Feb 25, 2021

Vaccine rollout in aged care behind schedule

A nurse checking blood preasure of a senior woman during lockdown.

The vaccine rollout to aged care homes is behind schedule with only 26 aged care homes receiving vaccinations in the first two days of the rollout, despite more than 240 homes having been scheduled to receive them by Friday.

Shane Neaves, chief executive Peninsula Villages on the NSW Central Coast, told HelloCare that he received a call last weekend to confirm the vaccine would be administered at the home starting on Tuesday morning and spanning three days.

His staff had already been busy gaining consent from the home’s 300 residents, 50% of whom require their next of kin or responsible person to sign for them.

But then on Tuesday morning at 8.30 am Neaves received a call to say the vaccine team would not be coming that day due to “logistical issues”, and they would be coming on Wednesday instead.

But that evening Neaves received a call to say the vaccine team wouldn’t be there until Thursday, and then late last night, Neaves was informed the vaccine would be rolled out on Friday, Saturday and Sunday.

Neave said weekends are times families get together, so it wasn’t so suitable to have the vaccinations going on then. He said he also wasn’t prepared to cover the costs of paying staff weekend penalty rates because of the rollout’s “scheduling issues”.

Now Neaves is waiting to hear when they will be scheduled in.

The delays are also affecting several other aged care providers on the Central Coast, so Neaves said his “frustration is multiplied by six or seven”.

A number of homes were told the vaccinations would be administered on the weekend, which Neaves believes is a way for them to “catch up” on the rollout schedule.

“The residents are very keen to get it,” Neaves said, but the delays have impacted them.

Shopping buses on Tuesday and Thursday were cancelled as they awaited the vaccine rollout, and a resident who turned 104 on Wednesday “waited and waited to find out if the vaccines were coming before she went out”.

As the CEO, Neaves now has to tell residents he doesn’t know when the vaccine rollout will begin.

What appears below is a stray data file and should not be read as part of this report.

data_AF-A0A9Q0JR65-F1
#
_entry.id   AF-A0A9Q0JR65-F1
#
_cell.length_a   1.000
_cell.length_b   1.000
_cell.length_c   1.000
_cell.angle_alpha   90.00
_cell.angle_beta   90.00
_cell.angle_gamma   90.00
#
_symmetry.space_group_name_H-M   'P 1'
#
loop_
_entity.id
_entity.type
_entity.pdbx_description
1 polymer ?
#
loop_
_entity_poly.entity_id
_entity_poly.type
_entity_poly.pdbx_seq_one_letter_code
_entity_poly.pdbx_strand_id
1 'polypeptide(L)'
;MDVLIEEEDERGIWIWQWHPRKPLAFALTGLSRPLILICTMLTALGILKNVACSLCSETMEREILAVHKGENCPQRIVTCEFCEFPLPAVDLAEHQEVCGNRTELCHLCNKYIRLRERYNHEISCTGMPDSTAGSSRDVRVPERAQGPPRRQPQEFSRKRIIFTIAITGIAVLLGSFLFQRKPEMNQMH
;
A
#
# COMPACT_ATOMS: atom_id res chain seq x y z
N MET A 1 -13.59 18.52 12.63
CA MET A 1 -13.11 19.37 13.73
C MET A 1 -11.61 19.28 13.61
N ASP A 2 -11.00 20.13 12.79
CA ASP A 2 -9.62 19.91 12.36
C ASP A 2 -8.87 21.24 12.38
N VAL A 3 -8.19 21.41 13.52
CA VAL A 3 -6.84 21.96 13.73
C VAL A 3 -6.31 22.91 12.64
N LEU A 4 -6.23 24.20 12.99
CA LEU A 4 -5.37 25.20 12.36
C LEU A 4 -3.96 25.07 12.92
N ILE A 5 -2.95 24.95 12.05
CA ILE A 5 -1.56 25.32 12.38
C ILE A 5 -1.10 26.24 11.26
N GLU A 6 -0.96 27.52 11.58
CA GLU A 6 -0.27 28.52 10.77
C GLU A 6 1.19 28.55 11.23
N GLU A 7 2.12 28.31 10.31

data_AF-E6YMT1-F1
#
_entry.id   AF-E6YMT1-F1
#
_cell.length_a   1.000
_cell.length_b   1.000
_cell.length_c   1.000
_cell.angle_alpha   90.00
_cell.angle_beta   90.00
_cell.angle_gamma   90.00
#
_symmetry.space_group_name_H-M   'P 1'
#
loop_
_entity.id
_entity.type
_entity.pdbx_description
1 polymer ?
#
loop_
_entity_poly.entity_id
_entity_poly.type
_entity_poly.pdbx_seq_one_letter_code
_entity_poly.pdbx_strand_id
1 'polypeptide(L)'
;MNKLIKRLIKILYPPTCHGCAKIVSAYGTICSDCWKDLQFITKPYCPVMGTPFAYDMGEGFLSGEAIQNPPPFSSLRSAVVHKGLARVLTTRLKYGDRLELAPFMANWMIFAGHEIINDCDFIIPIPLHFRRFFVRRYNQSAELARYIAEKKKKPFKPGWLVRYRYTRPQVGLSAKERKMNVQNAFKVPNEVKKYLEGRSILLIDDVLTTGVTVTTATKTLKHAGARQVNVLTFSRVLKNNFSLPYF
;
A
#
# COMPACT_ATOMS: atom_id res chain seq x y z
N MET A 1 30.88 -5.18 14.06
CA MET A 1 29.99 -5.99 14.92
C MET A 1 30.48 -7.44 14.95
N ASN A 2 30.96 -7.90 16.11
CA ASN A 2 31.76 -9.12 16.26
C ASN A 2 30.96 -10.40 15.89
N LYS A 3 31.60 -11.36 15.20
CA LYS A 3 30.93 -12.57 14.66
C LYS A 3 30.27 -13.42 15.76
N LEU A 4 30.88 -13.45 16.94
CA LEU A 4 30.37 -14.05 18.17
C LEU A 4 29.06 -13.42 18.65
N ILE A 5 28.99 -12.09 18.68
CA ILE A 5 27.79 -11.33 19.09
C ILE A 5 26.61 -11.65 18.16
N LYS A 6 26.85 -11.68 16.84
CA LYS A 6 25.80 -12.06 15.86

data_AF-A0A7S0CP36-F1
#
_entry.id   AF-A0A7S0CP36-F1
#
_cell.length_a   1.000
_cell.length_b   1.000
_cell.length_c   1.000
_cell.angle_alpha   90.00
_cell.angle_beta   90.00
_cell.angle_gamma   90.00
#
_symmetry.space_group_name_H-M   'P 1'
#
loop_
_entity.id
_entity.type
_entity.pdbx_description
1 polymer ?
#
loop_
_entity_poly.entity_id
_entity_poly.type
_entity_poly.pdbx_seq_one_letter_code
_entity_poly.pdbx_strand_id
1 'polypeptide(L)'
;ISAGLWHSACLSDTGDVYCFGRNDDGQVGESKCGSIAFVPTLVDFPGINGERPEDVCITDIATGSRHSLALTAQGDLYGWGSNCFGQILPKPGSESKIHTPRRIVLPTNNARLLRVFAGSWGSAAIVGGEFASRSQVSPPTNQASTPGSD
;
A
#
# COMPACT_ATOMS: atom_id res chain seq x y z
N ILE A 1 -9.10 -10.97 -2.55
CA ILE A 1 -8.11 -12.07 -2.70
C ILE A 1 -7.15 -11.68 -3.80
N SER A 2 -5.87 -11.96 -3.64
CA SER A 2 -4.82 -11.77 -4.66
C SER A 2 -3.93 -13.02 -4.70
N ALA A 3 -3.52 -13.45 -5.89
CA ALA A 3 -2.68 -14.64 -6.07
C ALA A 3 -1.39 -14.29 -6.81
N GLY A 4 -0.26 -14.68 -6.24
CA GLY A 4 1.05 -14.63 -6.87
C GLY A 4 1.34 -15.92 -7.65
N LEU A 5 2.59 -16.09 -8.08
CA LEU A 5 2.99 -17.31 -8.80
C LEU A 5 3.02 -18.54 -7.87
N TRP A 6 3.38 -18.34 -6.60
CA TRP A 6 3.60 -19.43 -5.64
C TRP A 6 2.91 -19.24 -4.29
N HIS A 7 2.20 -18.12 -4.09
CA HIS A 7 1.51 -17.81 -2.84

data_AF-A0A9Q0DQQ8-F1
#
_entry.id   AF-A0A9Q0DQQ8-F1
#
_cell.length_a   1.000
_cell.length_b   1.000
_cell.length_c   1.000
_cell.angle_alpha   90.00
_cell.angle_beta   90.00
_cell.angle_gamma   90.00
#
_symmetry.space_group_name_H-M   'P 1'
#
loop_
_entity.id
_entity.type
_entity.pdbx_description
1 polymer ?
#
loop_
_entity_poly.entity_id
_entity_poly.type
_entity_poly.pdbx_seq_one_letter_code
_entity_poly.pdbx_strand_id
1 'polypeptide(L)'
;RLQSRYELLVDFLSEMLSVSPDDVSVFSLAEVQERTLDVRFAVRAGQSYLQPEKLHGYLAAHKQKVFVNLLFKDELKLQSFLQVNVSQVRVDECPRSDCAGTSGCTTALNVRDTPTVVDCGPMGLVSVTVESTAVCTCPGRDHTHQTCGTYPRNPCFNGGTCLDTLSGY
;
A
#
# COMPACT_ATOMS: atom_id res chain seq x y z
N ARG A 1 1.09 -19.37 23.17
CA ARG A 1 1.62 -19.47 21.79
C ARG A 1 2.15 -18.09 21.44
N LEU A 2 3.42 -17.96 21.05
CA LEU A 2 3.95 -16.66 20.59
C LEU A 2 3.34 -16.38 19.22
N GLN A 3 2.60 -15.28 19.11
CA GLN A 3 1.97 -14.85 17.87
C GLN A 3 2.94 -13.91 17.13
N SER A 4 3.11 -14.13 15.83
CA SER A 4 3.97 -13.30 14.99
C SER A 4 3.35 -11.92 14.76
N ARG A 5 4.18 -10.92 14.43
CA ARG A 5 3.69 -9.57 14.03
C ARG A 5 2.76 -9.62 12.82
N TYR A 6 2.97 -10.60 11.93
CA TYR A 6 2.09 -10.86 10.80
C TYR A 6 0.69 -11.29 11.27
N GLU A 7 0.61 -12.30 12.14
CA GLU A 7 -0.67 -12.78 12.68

Reports of needles not turning up, of vaccines being sent to the wrong aged care home and residents waiting all day for the vaccine, only to not have it turn up, have also been reported today.

Error: not acceptable

This morning, Aged Care Minister Richard Colbeck said the vaccine dose error was “clearly not acceptable.

Yesterday Health Minister Greg Hunt revealed that two aged care residents – an 88-year-old man and a 94-year-old woman – had been given an incorrect dose of the COVID-19 vaccine by a doctor who had not undertaken the vaccine administration training.

The error was picked up by a nurse present at the time.

“This event should not have happened,” he told Sky News.

“We cannot afford, and we don’t want the confidence in the rollout of the vaccine to be undermined.   

“We will continue to provide all information that we can to the Australian community so that they can maintain confidence in the vaccine rollout, it’s very, very important that we are open and frank with them in respect to this and we will be.” 

A statement from Healthcare Australia chairman Daren McKennay said, “We apologise unreservedly to the patients and their families involved for the distress this has caused and assure the community that the error was isolated and will not be repeated.”

CEO Jason Cartwright has agreed to stand down from his role, and new management is being put in place.

Not enough vaccines to make it mandatory

Colbeck said more evidence would need to become available about the vaccine before it would be made mandatory.

“Because we don’t yet understand fully what the vaccine does in the context of transmission of the virus… the decision was made not to make it mandatory,” he told Sky News.   

“As Minister Hunt has said if we’re making things mandatory without the proper evidence that will undermine confidence.” 

The decision is based on advice from the Australian Health Protection Principal Committee but remains an “open matter”, he said.

Deputy chief medical officer Michael Kidd said it was too early to make the vaccine compulsory because there are only 142,000 doses in Australia.

“At the moment we can’t make it mandatory because we don’t have the vaccine available to everybody right across the country,” he told the ABC.

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